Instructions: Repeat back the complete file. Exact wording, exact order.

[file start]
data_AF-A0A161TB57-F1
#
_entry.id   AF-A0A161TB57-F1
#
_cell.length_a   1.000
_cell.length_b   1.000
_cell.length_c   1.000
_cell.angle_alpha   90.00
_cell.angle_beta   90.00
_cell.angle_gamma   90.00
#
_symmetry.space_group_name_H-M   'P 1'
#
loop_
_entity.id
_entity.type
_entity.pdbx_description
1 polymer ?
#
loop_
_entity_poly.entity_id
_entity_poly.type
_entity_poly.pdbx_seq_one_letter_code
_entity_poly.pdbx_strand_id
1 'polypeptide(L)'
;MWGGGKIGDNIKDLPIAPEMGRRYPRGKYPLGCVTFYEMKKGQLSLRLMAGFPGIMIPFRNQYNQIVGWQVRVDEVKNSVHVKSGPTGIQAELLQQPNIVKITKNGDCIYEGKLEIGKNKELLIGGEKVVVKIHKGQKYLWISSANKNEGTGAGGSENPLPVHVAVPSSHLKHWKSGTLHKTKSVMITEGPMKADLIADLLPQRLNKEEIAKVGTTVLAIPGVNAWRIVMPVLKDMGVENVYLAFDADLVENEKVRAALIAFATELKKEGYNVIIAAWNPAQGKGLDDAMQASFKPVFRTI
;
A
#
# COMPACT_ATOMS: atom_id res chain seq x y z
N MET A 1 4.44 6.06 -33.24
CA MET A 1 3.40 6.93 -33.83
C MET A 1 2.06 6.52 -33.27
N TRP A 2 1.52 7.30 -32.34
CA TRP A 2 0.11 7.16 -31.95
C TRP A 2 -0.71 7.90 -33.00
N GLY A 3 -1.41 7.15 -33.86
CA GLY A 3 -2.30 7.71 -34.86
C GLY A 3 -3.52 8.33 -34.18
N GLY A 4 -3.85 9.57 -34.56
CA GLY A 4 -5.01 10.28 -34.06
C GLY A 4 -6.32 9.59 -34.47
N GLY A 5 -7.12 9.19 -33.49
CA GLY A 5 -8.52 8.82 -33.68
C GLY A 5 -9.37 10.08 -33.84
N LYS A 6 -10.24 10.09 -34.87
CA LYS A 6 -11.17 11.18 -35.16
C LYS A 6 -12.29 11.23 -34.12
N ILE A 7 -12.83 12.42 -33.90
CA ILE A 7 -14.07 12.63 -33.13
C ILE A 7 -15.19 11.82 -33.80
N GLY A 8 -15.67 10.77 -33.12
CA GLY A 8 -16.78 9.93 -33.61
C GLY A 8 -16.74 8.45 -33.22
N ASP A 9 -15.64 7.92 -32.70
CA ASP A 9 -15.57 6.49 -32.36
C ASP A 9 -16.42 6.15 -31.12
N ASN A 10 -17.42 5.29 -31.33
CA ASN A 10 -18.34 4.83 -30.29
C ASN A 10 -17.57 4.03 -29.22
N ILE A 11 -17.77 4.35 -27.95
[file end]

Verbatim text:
data_AF-A0A161TB57-F1
#
_entry.id   AF-A0A161TB57-F1
#
_cell.length_a   1.000
_cell.length_b   1.000
_cell.length_c   1.000
_cell.angle_alpha   90.00
_cell.angle_beta   90.00
_cell.angle_gamma   90.00
#
_symmetry.space_group_name_H-M   'P 1'
#
loop_
_entity.id
_entity.type
_entity.pdbx_description
1 polymer ?
#
loop_
_entity_poly.entity_id
_entity_poly.type
_entity_poly.pdbx_seq_one_letter_code
_entity_poly.pdbx_strand_id
1 'polypeptide(L)'
;MWGGGKIGDNIKDLPIAPEMGRRYPRGKYPLGCVTFYEMKKGQLSLRLMAGFPGIMIPFRNQYNQIVGWQVRVDEVKNSVHVKSGPTGIQAELLQQPNIVKITKNGDCIYEGKLEIGKNKELLIGGEKVVVKIHKGQKYLWISSANKNEGTGAGGSENPLPVHVAVPSSHLKHWKSGTLHKTKSVMITEGPMKADLIADLLPQRLNKEEIAKVGTTVLAIPGVNAWRIVMPVLKDMGVENVYLAFDADLVENEKVRAALIAFATELKKEGYNVIIAAWNPAQGKGLDDAMQASFKPVFRTI
;
A
#
# COMPACT_ATOMS: atom_id res chain seq x y z
N MET A 1 4.44 6.06 -33.24
CA MET A 1 3.40 6.93 -33.83
C MET A 1 2.06 6.52 -33.27
N TRP A 2 1.52 7.30 -32.34
CA TRP A 2 0.11 7.16 -31.95
C TRP A 2 -0.71 7.90 -33.00
N GLY A 3 -1.41 7.15 -33.86
CA GLY A 3 -2.30 7.71 -34.86
C GLY A 3 -3.52 8.33 -34.18
N GLY A 4 -3.85 9.57 -34.56
CA GLY A 4 -5.01 10.28 -34.06
C GLY A 4 -6.32 9.59 -34.47
N GLY A 5 -7.12 9.19 -33.49
CA GLY A 5 -8.52 8.82 -33.68
C GLY A 5 -9.37 10.08 -33.84
N LYS A 6 -10.24 10.09 -34.87
CA LYS A 6 -11.17 11.18 -35.16
C LYS A 6 -12.29 11.23 -34.12
N ILE A 7 -12.83 12.42 -33.90
CA ILE A 7 -14.07 12.63 -33.13
C ILE A 7 -15.19 11.82 -33.80
N GLY A 8 -15.67 10.77 -33.12
CA GLY A 8 -16.78 9.93 -33.61
C GLY A 8 -16.74 8.45 -33.22
N ASP A 9 -15.64 7.92 -32.70
CA ASP A 9 -15.57 6.49 -32.36
C ASP A 9 -16.42 6.15 -31.12
N ASN A 10 -17.42 5.29 -31.33
CA ASN A 10 -18.34 4.83 -30.29
C ASN A 10 -17.57 4.03 -29.22
N ILE A 11 -17.77 4.35 -27.95